Update. That was the behaviour with PCVR (Quest2+link).
When exporting to Quest2 (standalone),things get worse. I can’t get " Supports Depth" working correctly. It either makes the layer show a black background, or you have to deactivate the checkbox, and then you can’t see your hands or VR controllers. The problem has been reported here and here (Meta Oculus site links).
In adition, Quest Standalone shows my stereo layers clear but with aliasing. Something that did not occur in the PCVR version.

If I try to work without stereo layers (which in fact would be better for me due to the limitation in number of stereo layers allowed), I’m finding dificulties to find workflows in Unreal that allow to easily follow many of the advices given by John Carmack to reduce UI antialiasing, and also those shown in this Oculus page. Speclally regarding the use of mipmaps with 3d Widgets’ textures.

Maybe it’s because all Oculus/Meta solutions -and explanations- are more oriented to Unity, and also undoubtedly my lack of knowledge of hard coded graphic solutions play a role here, but I assumed the path should be more paved to a more friendly and optimitzed UI solution for Unreal’s VR projects. The results I’m getting so far would clearly not allow me to ship a product.

I may give a try to the proposal given by dmolchanov here on this thread (thanks for your contribution, by the way!), but that would make me plug-in dependent, since I don’t have the necessary C++ skills to do it myself. I just whish Epic Games gave some more care about this with “out-of-the-box” straighforward sollutions. VR is slowly back in its growth track, and good quality 3D UIs will necessarily have a role in future apps and games.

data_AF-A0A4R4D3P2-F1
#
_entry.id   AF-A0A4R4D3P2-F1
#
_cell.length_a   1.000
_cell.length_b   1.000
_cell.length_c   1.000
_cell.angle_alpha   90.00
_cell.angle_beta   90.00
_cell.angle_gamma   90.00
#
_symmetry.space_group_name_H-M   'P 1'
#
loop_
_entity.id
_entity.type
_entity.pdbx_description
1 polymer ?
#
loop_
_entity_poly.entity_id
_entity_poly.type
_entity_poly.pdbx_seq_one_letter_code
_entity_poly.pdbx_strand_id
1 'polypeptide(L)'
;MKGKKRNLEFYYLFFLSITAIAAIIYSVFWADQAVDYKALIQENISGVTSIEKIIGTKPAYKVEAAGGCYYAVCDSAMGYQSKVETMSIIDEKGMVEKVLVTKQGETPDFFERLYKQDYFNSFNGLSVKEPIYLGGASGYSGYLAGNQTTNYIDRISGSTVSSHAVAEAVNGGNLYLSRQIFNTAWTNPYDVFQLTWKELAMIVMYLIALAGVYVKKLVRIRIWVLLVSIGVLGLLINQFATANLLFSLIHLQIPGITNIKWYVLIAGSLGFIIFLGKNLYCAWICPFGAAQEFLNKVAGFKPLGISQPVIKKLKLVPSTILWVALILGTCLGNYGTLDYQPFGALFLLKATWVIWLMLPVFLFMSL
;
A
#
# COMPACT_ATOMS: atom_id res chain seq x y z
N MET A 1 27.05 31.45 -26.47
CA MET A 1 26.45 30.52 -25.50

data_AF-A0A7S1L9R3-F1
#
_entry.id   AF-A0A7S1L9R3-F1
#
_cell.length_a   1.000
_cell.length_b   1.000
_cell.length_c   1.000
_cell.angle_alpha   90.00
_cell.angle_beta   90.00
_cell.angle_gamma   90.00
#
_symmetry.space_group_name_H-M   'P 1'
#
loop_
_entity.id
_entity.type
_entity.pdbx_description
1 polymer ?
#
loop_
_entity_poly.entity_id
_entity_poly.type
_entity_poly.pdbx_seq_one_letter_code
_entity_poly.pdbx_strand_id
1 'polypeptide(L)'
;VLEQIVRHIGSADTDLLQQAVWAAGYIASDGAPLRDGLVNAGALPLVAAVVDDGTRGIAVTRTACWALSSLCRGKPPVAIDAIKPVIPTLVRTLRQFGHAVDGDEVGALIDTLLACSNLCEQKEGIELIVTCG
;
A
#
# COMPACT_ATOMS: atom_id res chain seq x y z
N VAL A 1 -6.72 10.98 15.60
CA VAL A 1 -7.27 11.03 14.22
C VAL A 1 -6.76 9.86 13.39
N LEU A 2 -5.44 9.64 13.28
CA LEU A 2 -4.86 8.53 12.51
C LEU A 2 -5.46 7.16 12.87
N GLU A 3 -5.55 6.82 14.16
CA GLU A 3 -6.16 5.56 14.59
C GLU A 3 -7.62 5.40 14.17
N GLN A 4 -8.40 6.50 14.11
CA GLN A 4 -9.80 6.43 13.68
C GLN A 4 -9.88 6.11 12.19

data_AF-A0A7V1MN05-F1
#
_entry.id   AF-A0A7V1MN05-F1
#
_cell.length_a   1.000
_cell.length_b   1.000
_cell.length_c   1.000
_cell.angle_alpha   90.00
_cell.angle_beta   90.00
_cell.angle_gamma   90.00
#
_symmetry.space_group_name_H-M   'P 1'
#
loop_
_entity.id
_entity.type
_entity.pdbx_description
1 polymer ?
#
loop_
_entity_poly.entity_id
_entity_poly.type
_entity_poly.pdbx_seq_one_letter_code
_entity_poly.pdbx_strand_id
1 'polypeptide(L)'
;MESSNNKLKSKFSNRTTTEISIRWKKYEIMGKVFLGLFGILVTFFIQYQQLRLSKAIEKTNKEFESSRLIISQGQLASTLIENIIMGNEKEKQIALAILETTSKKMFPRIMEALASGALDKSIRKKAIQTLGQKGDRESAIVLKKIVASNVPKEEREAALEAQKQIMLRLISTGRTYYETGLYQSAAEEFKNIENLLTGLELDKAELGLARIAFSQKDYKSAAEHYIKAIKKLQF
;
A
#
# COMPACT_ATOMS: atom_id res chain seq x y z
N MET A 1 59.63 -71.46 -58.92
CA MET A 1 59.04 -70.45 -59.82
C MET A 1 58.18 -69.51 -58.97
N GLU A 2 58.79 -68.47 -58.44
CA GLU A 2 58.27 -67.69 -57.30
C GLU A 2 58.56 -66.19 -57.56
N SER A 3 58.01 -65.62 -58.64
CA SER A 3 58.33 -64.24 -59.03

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I don’t think there is any way to set everything up well without enabling mipmapping form C++. The modification to the class is very simple, it’s a shame Epic hasn’t implemented it yet.

The article mentions using shader based supersampling, which can be done in Unreal through the material editor. I’ve implemented it and it is an significant improvement over regular mipmapped. I think it still needs mipmapping enabled to give any benefit though.


200% zoom, stock on left, mipmapped on center and mipmapped + RGSS on right

The link above lets you copy the code into a material blueprint.

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That’s great, thanks! I’ll definitely give it a try.

Done. It already gives some result, removing aliasing on Quest. But yes, as you already said, I supose it still needs mipmapping to be really useful (I applied it directly as an experiment and the result is better than the original, but a bit too blurry).

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I finally got around to trying this out…Amazing!!

It completely removed all of the aliasing and didn’t soften the text as much as I feared.